The results were generally the same for international markets, as the All-Country World ex-US index fell by 8.1% in October. Emerging markets fared worse than Developed, which is to be expected during periods of rising rates and heightened volatility. Europe declined less than Asia-Pacific (-7.6% vs. -9.6%), but both are still down double digits on the year. Concerns about Italy and Brexit have lingered on in Europe, while trade war fears have been the predominant negative factor in Asia. Fixed income offered little solace as the broad U.S. index fell 0.8% for the month, as high-yield credit fell by 1.6%. The yield on the 10-year treasury rose as high as 3.23% in October, from about 3.05% to start the month and 2.4% at the beginning of the year. Based upon the trend along with future Fed rate hike projections, it is likely that further highs will be coming in the months ahead.
AEPG Positioning and Outlook
For much of the past several years we have stated that strong fundamentals in the U.S. economy, including low unemployment, moderate inflation, and a pro-business administration, have warranted a bullish outlook on stocks and other growth investments. While the broad economic metrics remain robust, we are now beginning to see some signs of weakening that might mark a cyclical peak in the coming months. For example, average weekly hours in manufacturing has been on the decline the past few months. Also, weakness in the housing market has been surfacing, as new building permits have tapered off and home price growth has noticeably slowed. In addition, evidence of rising inflation is starting to manifest, which could escalate if the trade war with China continues into next year. Finally, we see signs that corporate earnings growth will probably peak this year, as the effects of the corporate tax reform are likely to wear off and employers are forced to increase wages to keep up with the tight job market. Given that the labor market is already below the natural unemployment rate at 3.7%, it is safe to assume that the clock is now ticking towards the next economic downturn.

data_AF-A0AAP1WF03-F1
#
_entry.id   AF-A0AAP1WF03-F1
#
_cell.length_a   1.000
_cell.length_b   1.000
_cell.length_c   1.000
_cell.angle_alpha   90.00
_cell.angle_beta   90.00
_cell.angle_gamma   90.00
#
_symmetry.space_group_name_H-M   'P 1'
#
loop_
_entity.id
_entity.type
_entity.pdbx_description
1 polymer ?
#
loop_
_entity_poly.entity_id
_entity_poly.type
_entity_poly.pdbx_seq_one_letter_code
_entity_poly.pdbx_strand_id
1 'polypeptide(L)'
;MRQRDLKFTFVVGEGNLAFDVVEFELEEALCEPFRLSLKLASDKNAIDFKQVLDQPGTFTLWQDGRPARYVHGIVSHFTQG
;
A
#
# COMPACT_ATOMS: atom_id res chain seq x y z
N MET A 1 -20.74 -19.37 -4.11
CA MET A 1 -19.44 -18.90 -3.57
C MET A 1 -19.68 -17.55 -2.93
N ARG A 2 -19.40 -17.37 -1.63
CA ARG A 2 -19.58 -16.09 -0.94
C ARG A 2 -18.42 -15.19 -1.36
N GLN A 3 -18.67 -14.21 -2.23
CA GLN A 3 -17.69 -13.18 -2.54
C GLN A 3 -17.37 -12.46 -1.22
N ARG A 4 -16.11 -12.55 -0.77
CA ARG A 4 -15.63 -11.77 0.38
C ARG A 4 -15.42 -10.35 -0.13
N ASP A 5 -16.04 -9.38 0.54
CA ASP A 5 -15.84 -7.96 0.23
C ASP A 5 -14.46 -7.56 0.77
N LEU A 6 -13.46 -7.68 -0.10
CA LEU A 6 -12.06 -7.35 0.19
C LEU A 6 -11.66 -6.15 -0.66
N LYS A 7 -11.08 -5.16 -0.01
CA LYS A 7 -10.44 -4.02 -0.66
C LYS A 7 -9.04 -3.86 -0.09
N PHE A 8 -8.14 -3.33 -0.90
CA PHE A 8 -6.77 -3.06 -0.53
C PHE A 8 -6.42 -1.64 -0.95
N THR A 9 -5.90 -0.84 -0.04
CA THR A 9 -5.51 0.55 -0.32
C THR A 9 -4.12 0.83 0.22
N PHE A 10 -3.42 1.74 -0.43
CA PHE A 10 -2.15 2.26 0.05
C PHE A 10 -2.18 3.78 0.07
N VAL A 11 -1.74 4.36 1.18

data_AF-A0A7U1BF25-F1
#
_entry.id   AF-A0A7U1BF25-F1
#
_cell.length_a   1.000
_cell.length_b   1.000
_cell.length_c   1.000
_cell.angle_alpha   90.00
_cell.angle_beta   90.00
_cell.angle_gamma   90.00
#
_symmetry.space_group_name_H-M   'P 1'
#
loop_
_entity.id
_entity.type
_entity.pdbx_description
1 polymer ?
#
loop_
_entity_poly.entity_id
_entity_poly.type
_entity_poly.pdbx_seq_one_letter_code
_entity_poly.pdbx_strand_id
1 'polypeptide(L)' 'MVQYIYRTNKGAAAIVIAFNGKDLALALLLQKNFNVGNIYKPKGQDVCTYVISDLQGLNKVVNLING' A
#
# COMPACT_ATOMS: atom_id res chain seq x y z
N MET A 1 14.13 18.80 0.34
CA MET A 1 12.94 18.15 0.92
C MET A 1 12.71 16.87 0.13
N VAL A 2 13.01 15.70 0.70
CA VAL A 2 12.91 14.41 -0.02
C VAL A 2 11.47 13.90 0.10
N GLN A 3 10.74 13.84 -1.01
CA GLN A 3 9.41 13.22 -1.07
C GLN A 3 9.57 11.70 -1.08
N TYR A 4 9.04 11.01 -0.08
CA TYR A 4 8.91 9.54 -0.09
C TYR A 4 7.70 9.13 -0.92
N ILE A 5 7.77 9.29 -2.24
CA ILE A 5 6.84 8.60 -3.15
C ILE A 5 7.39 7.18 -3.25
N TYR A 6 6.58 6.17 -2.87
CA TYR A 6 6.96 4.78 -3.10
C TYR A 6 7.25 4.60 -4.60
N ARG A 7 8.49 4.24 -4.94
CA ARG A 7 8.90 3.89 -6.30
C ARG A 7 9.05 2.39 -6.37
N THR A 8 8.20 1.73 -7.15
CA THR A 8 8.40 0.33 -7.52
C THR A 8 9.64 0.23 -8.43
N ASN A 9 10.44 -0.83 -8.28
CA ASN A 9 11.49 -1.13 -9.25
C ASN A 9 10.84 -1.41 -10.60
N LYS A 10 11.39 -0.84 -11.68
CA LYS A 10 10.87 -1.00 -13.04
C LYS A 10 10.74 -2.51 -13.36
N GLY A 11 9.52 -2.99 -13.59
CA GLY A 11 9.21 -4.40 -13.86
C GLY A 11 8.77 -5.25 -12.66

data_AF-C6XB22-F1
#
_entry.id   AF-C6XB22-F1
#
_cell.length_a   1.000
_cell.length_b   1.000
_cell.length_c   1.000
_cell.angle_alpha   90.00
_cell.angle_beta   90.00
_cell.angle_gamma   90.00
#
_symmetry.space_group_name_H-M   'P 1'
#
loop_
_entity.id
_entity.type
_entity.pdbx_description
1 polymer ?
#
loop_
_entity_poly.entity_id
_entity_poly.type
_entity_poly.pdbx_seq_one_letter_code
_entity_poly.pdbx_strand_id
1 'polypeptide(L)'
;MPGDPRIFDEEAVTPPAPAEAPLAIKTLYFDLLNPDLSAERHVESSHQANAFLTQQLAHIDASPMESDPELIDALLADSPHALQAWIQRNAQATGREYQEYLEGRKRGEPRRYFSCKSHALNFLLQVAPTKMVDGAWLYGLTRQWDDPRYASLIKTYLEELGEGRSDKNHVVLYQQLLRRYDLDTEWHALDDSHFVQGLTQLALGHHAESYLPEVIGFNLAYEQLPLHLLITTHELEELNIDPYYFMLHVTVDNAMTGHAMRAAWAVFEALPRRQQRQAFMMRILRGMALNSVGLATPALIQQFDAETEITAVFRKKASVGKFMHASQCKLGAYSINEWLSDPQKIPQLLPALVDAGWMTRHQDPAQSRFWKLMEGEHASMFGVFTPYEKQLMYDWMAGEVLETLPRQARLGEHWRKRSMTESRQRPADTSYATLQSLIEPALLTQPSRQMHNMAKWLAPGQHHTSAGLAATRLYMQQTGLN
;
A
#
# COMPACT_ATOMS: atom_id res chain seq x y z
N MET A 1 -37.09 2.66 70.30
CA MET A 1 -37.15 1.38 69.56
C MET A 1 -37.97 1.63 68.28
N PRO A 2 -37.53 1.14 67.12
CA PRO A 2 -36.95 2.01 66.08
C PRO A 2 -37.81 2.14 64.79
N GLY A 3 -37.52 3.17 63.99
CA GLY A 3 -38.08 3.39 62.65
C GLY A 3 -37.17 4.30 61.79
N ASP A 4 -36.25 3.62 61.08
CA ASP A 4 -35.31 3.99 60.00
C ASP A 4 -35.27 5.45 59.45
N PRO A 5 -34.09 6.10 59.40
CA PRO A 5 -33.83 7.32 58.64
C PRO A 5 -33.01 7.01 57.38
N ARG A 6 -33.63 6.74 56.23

It is probable that we will see new highs in the major U.S. equity indices, either this year or perhaps early next year. Retail expectations are high for the upcoming holiday season, global monetary policy remains accommodative, the labor market is exceptionally strong, and while rates and inflation are rising, both are still well below precarious levels. And based upon the market’s positive reaction after the midterm election, gridlock in Washington and the decreased uncertainty may also bolster stocks in the short run.
However, the growing list of concerns leads us to believe that the second half of 2019 may be a tumultuous time for the markets as we approach an inevitable recession which could occur in 2020 or sooner. Due to this outlook, our growth-oriented models at AEPG will likely continue to de-risk as we work our way through next year, rotating from growth to value stocks, and towards funds with factors such as high quality and low volatility. In fixed income, we expect to maintain our low-duration bias, but decrease our overweight to credit and increase exposure to safe treasuries and cash proxies. These model changes are of course data dependent, but like always we will err on the side of conservatism given the circumstances. There is little doubt that we are in the 4th quarter of this business cycle, and it is now time to begin preparing for what lies ahead.
A supplement to this month’s Investment Commentary is an article discussing our meetings with several Investment Strategists at this year’s Schwab Impact Conference. Please click on the following link to be directed to article on our website: https://aepg.com/its-not-about-good-or-bad-its-about-better-or-worse/